Here are 5 top tips to effectively boost your LinkedIn profile.
- Keep your profile basics updated!
Many people forget to keep their LinkedIn profiles updated. Whether you’re a total newbie, just starting a new job, or starting to explore new opportunities, there’s no excuse to have outdated information on LinkedIn. It will reflect badly on you.
Here are two quick and easy areas you must check are up to date:
- Professional Headline: The job of any headline is to entice people to click. At minimum, you can use your headline to highlight your current position and company (e.g., “Marketing Manager”) but you should go further. Highlight your expertise (e.g., “Content Marketing Strategist and Copywriter”) or awards, or showcase skills you want to turn up in searches (e.g., “Speaker, Trainer, Author, Consultant, Evangelist”). Tell everyone on LinkedIn who you are, what you do, and why you’re someone they need to connect with.
- Location and Industry: Are your location and industry still accurate?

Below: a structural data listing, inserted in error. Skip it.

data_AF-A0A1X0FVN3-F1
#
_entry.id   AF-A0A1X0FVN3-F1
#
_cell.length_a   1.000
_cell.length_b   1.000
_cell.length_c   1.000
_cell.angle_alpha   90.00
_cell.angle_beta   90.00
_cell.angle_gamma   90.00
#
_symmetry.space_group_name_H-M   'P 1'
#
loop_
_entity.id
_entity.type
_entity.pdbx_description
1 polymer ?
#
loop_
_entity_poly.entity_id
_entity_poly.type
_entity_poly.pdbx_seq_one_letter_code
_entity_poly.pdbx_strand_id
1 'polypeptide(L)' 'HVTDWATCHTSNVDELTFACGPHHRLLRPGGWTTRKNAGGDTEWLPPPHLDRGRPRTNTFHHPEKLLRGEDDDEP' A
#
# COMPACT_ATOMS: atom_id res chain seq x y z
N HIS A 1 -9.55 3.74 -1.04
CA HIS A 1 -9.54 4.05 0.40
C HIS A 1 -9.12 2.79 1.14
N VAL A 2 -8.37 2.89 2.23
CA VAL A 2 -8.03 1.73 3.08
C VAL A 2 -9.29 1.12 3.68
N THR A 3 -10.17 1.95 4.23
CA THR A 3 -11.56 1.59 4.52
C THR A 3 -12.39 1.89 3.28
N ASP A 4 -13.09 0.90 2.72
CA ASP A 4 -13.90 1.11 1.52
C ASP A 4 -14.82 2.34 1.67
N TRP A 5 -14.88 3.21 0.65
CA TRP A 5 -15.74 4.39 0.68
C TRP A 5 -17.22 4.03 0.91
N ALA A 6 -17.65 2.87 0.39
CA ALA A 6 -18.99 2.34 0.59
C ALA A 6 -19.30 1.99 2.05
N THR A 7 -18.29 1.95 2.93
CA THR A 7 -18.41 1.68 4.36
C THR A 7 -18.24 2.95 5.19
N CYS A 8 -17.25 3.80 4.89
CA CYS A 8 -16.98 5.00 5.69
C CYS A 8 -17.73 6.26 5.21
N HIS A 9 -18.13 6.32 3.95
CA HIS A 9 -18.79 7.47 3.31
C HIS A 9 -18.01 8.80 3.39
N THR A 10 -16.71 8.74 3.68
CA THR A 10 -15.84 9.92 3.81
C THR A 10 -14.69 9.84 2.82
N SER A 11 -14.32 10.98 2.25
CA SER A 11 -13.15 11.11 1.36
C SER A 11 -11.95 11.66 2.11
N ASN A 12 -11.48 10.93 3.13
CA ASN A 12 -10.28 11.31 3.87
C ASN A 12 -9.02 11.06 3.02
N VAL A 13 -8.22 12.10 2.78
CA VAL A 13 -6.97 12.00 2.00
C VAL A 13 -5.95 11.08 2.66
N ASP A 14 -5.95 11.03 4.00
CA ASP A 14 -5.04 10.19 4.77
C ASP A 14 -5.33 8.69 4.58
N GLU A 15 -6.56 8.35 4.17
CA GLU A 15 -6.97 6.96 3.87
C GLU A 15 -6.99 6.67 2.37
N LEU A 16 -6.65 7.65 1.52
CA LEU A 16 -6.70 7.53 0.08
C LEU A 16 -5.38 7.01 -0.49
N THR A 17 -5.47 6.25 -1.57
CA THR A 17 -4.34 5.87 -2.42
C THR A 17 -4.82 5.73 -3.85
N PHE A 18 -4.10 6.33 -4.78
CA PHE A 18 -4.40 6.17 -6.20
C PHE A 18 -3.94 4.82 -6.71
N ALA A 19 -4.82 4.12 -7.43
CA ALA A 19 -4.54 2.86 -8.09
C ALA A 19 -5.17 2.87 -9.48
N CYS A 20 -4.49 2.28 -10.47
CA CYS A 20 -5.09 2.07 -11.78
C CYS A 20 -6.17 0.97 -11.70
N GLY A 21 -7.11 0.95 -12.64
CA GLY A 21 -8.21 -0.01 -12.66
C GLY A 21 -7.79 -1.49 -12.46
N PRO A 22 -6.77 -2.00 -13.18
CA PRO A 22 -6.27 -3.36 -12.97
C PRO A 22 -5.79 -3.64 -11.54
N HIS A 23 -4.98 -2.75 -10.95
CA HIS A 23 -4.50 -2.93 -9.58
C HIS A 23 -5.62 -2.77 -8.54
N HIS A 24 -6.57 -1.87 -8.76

Doing these two simple things will help more people find you and help you find more relevant potential contacts.
- Only use professional photos
LinkedIn profiles that have a picture are 11 times more likely to be viewed. So if you’re still showing a silhouette, it’s time to make a change and reveal yourself.
Your LinkedIn photo should be up to date. It shouldn’t look like it belongs on a dating site, stock photo site, or social network (e.g., Facebook or Instagram). And don’t feature your pet or significant other!
LinkedIn is for professionals so your profile needs to reflect that.
- Brand your profile with a background photo
Does your LinkedIn profile look boring and average?
Give your profile page a bit more personality, or branding, with a visually appealing cover image.
LinkedIn advises users to use an image (PNG, JPG, or GIF) with a resolution of 1400x425px.
- Write a compelling summary
This is where you really sell yourself to potential connections. Your summary should expand on what appears in your headline, highlighting your specialties, career experience, noteworthy accolades, and thought leadership.
There has been much discussion about whether it’s best to write in first-person versus third-person narrative here. Ultimately, it doesn’t really matter either way – just stay consistent with whichever you choose. Don’t go back and forth between first person and third person as it’s confusing and signals a lack of attention to detail.
- Terminate Those Typos
Poor grammar, typos, and misspellings are a no-no.
Avoid typos at all costs.
We work with clients across Yorkshire providing expert social media support including training and management services. If you need support with your LinkedIn please get in touch with the team at Pick & Mix Marketing on – email@example.com